C-130 Flies Over MAT-Vs
United States Air Force Lockheed C-130 Hercules approaches the landing strip over five Mine Resistant Ambush Protected vehicles, carrying equipment from Afghanistan, on June 12, 2021, at the Ali Al Salem Air Base, Kuwait. (U.S. Army photo by Maj. John Forrister, 101st Division Sustainment Brigade). (Photo Credit: MAJ John Forrister, 101st Division Sustainment Brigade) VIEW ORIGINAL

As the United States begins to withdraw forces from Afghanistan, logisticians have the unique challenge of undoing more than two decades worth of buildup of equipment and personnel in Afghanistan. Approximately 763 C-17 loads of materiel and equipment have already left the landlocked country and more than 14,790 pieces of equipment have been turned over to Defense Logistics Agency to be destroyed or pushed for onward movement.

"Our Soldiers are deployed today during unprecedented times, the orderly retrograde of equipment from Afghanistan is the single most decisive operation this theater of war has witnessed in the past three decades,” said Col. Peter Gilbert, commander, 101st Division Sustainment Brigade, 101st Airborne Division (Air Assault). “The power of the Joint Logistics Enterprise is being tested daily as our sustainment forces work meticulously around the clock receiving, staging, and onward moving thousands of pieces of cargo. Our logisticians remain resilient, committed, and focused as we make a difference every day."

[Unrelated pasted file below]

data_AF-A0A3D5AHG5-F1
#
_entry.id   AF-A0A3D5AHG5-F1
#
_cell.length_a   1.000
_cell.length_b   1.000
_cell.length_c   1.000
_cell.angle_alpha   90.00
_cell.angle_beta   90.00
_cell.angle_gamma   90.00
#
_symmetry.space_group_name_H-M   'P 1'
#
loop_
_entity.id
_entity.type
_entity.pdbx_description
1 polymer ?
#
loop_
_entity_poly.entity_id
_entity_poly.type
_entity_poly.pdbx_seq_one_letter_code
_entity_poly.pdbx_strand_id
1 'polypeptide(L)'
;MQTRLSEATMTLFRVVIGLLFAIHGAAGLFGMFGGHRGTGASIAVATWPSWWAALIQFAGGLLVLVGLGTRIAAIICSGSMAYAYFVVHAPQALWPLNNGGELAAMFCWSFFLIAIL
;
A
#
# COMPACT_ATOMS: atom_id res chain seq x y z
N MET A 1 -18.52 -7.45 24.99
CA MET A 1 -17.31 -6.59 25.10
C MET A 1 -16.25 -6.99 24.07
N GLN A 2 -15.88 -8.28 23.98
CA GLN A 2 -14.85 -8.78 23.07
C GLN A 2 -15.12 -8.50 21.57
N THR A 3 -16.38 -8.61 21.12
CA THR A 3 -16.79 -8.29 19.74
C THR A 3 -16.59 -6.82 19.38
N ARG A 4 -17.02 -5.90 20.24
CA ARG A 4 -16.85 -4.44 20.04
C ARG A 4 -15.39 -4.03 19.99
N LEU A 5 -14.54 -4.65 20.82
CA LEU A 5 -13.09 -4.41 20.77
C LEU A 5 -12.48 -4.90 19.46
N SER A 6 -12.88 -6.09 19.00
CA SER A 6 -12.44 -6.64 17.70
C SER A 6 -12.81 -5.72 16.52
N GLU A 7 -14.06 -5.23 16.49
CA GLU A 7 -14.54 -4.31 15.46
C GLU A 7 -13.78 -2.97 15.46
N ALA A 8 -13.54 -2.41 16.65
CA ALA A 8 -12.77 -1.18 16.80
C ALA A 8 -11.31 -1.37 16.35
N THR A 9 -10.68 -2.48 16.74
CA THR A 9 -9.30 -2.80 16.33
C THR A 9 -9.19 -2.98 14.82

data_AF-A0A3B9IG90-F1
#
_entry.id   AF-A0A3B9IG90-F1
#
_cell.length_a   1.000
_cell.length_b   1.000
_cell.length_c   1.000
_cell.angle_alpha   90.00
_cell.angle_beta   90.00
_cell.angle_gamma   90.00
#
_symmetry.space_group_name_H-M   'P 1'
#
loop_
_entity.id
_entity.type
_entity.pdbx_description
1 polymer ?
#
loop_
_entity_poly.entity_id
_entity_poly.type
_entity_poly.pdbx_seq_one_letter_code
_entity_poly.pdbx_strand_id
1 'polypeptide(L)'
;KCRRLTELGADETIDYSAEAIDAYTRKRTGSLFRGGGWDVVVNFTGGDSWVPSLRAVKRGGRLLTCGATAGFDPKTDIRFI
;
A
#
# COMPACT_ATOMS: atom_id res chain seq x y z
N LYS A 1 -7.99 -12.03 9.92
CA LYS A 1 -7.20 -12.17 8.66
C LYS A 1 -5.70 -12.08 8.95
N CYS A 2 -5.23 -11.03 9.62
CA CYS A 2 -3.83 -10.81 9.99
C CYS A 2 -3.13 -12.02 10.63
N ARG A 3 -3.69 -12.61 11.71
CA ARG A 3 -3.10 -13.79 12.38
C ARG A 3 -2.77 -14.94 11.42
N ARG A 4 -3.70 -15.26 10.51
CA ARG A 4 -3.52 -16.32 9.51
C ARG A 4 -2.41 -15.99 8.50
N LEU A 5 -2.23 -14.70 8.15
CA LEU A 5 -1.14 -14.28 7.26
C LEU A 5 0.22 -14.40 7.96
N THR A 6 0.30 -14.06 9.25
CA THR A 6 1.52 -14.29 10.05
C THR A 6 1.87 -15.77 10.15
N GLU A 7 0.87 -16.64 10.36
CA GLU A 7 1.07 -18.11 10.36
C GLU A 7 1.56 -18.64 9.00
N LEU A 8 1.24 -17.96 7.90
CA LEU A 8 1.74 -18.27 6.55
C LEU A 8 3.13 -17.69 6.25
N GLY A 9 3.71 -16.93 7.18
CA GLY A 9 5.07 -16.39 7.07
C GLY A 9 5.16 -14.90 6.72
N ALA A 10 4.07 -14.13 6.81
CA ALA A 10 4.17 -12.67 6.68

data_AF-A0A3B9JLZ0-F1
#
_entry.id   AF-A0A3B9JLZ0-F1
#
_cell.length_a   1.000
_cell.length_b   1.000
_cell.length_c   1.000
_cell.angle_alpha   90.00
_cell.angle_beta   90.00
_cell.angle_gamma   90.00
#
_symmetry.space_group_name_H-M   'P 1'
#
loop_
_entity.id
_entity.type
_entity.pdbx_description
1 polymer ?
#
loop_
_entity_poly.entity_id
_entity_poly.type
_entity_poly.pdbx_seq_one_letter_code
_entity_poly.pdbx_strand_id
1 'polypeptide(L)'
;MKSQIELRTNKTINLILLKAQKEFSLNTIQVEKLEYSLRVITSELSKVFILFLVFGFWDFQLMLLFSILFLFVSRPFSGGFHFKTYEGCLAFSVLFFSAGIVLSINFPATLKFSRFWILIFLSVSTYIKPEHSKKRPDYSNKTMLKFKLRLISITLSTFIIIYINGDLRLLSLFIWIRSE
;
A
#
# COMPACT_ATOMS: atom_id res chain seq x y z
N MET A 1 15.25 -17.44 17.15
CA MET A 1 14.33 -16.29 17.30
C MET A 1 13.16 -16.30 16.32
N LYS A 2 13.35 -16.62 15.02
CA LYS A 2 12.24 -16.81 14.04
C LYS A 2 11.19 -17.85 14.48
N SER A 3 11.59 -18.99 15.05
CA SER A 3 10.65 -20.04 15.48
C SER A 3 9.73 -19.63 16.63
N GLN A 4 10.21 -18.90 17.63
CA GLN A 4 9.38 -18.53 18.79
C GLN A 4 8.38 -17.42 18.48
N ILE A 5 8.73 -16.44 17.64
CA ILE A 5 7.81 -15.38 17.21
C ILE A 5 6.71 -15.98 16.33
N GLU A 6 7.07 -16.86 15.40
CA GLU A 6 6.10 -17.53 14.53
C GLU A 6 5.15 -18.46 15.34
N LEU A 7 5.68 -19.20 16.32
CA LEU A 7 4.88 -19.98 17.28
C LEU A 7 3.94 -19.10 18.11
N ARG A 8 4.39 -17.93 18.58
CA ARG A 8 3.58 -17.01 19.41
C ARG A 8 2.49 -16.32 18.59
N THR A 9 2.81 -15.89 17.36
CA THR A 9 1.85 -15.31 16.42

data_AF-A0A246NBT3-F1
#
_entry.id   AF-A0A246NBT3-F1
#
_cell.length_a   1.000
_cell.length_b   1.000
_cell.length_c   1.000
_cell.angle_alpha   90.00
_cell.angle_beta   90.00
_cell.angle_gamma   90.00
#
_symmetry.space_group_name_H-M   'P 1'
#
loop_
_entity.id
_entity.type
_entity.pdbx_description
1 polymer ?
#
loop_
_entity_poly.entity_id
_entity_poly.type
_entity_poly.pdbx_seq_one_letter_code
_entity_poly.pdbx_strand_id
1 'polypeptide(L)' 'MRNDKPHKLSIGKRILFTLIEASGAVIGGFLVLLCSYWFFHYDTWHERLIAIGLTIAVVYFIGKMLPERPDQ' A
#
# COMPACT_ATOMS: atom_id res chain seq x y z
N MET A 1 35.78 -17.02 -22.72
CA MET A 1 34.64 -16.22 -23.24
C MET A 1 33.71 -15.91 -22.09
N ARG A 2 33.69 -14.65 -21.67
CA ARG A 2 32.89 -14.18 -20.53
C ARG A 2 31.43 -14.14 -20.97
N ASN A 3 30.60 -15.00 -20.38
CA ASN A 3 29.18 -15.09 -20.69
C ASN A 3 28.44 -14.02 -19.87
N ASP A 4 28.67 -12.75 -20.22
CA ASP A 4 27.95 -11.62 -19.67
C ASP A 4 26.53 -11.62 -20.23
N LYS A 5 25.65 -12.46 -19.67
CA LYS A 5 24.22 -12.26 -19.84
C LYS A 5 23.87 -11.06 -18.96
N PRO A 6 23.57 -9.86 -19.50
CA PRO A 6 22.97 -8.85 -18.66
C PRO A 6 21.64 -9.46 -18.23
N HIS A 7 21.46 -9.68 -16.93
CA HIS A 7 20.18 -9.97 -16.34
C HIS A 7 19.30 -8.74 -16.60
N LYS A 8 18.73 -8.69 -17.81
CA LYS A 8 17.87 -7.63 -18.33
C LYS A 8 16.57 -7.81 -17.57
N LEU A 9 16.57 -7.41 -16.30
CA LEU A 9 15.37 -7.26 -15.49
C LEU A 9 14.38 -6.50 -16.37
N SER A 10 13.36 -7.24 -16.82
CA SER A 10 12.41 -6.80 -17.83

The urgency of the withdrawal is a reflection of both the scope and time left to meet President Biden’s goal of a complete exit by Sept. 11, 2021. Critical to meeting the deadline is a network of Department of Defense and coalition partners working around the clock to make a rapid exit from Afghanistan.

“The relationships with our partners and the ability to flatten communication across the sustainment enterprise has directly contributed to the success we have seen at the strategic and operational levels,” said Brig. Gen. Justin Swanson, commander, 310th Expeditionary Sustainment Command.

Each agency has contributed unique capabilities to the complex operation. United States Transportation Command and US Central Command (USCENTCOM) are leading the movement out of Afghanistan, while 1st Theater Sustainment Command (1TSC) is coordinating logistics efforts across the USCENTOM area of responsibility.

“Sustainment is a team sport,” said Brig. Gen. Swanson. “Our partners and junior leaders are critical. Their flexibility and resilience are the keys to success when the unexpected happens constantly.”

Sustainers plan capacity and velocity; how much can move and at what speed. Velocity is directly tied to the speed at which equipment moves. But if movement is crucial, reception is just as important. There is a “pitch and catch” involved with cargo movement. The 101st Airborne DSB – “Lifeliners” are leading the effort to “catch” equipment as it moves out of Afghanistan into various locations within the USCENTCOM AOR.